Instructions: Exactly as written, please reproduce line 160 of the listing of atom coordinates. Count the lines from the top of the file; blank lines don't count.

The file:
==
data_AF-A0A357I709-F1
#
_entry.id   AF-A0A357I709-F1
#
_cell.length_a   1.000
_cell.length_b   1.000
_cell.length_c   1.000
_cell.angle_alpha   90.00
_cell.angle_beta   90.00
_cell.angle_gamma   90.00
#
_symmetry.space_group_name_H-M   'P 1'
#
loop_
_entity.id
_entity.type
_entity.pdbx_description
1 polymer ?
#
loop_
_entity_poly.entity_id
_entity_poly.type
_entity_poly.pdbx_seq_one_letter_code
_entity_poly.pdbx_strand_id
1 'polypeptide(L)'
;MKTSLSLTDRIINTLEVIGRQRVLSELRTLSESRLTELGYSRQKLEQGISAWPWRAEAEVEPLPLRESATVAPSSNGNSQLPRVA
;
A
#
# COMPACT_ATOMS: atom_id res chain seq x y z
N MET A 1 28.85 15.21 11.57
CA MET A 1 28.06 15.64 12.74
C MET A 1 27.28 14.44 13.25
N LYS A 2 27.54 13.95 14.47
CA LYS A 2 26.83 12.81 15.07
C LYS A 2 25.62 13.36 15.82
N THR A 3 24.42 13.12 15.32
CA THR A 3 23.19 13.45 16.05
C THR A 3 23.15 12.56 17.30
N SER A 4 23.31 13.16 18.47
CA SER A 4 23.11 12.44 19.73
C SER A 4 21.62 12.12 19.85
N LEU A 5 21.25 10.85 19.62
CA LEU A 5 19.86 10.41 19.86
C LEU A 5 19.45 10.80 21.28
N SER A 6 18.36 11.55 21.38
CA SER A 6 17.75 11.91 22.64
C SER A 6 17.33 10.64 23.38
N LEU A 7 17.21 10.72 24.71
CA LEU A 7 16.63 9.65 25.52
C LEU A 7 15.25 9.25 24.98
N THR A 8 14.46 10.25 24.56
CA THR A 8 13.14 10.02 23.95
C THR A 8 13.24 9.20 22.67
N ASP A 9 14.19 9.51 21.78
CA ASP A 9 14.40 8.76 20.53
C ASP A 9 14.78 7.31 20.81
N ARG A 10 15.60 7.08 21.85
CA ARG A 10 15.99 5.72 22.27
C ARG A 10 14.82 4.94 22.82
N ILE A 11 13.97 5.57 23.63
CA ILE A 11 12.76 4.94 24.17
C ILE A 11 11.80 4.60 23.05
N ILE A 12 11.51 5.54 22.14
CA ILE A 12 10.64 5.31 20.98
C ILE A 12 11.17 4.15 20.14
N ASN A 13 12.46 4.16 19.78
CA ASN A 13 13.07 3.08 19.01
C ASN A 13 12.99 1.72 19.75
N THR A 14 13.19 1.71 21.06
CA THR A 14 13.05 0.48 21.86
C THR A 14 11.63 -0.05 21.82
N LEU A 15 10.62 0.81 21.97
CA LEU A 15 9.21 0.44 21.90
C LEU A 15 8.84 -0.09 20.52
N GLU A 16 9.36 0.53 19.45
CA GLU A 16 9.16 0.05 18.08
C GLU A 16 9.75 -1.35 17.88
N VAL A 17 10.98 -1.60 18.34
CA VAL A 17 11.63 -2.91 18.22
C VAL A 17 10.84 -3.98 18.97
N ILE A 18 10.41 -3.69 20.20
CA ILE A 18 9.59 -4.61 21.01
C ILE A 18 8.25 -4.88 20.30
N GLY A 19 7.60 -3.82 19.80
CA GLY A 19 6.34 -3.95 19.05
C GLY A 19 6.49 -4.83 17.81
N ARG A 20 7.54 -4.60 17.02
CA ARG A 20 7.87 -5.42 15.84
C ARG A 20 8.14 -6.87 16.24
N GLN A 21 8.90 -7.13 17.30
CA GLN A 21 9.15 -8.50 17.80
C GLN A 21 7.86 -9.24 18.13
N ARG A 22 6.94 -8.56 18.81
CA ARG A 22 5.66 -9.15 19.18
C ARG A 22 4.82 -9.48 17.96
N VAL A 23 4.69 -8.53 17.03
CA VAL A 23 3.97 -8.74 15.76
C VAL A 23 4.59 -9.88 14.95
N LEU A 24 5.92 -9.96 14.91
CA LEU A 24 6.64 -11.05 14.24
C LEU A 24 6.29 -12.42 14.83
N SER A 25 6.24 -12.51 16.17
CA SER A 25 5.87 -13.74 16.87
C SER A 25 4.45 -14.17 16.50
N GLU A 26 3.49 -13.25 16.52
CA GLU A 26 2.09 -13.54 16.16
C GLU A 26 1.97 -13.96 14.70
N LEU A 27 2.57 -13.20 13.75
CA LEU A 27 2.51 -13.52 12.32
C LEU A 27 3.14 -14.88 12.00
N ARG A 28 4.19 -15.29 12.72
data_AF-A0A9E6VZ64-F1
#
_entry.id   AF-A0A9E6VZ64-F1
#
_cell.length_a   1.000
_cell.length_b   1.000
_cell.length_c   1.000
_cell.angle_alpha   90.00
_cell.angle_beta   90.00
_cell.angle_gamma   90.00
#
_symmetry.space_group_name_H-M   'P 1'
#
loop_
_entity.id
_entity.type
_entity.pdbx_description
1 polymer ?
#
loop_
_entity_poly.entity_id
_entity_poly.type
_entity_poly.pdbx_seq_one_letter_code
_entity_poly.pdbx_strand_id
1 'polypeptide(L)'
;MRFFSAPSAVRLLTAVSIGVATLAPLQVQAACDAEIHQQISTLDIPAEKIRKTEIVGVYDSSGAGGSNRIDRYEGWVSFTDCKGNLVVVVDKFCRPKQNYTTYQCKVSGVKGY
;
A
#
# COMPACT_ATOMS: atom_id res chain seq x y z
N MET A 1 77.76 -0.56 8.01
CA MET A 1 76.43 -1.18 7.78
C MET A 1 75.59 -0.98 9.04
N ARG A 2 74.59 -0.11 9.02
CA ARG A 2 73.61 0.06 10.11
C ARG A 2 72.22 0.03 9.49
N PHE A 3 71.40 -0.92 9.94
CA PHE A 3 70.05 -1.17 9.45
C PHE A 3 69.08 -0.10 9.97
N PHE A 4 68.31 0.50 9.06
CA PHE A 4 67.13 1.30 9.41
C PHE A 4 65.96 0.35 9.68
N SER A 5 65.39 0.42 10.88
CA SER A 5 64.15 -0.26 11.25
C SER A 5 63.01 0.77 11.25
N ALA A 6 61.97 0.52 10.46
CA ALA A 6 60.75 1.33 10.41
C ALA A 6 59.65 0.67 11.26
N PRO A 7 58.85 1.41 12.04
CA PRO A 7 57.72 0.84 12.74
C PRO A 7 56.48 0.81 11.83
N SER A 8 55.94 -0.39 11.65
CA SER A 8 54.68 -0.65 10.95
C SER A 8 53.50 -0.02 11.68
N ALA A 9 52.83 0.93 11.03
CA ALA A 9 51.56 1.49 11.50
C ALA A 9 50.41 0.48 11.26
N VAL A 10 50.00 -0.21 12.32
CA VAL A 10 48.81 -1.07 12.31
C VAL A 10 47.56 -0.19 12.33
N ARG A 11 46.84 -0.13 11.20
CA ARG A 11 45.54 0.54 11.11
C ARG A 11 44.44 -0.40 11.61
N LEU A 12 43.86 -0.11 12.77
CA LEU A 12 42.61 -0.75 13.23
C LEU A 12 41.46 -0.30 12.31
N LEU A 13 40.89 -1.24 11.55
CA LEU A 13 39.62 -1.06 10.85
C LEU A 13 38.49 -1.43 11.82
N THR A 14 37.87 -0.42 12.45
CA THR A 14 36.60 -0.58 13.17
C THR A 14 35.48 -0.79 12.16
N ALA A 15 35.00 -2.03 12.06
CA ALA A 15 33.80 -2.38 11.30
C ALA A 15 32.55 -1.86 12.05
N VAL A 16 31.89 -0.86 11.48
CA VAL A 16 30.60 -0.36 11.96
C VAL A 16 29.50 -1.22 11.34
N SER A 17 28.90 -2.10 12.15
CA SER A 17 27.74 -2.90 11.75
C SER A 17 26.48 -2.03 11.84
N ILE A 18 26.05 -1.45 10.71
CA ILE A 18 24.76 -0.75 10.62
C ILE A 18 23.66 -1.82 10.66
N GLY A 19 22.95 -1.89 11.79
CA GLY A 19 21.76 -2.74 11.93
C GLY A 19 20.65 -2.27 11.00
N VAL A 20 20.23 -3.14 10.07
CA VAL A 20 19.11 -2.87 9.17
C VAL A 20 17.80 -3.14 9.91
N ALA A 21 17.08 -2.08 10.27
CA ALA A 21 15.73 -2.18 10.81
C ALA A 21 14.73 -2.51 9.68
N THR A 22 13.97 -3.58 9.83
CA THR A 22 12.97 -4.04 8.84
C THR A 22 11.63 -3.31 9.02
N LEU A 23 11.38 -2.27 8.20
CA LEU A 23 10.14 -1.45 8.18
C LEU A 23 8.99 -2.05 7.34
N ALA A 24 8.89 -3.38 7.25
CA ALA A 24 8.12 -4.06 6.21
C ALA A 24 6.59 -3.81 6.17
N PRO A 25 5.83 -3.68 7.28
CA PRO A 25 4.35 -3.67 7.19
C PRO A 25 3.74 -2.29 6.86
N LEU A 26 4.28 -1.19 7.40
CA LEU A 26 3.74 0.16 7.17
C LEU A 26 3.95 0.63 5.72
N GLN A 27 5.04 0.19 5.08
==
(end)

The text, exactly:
C ALA A 6 59.65 0.67 11.26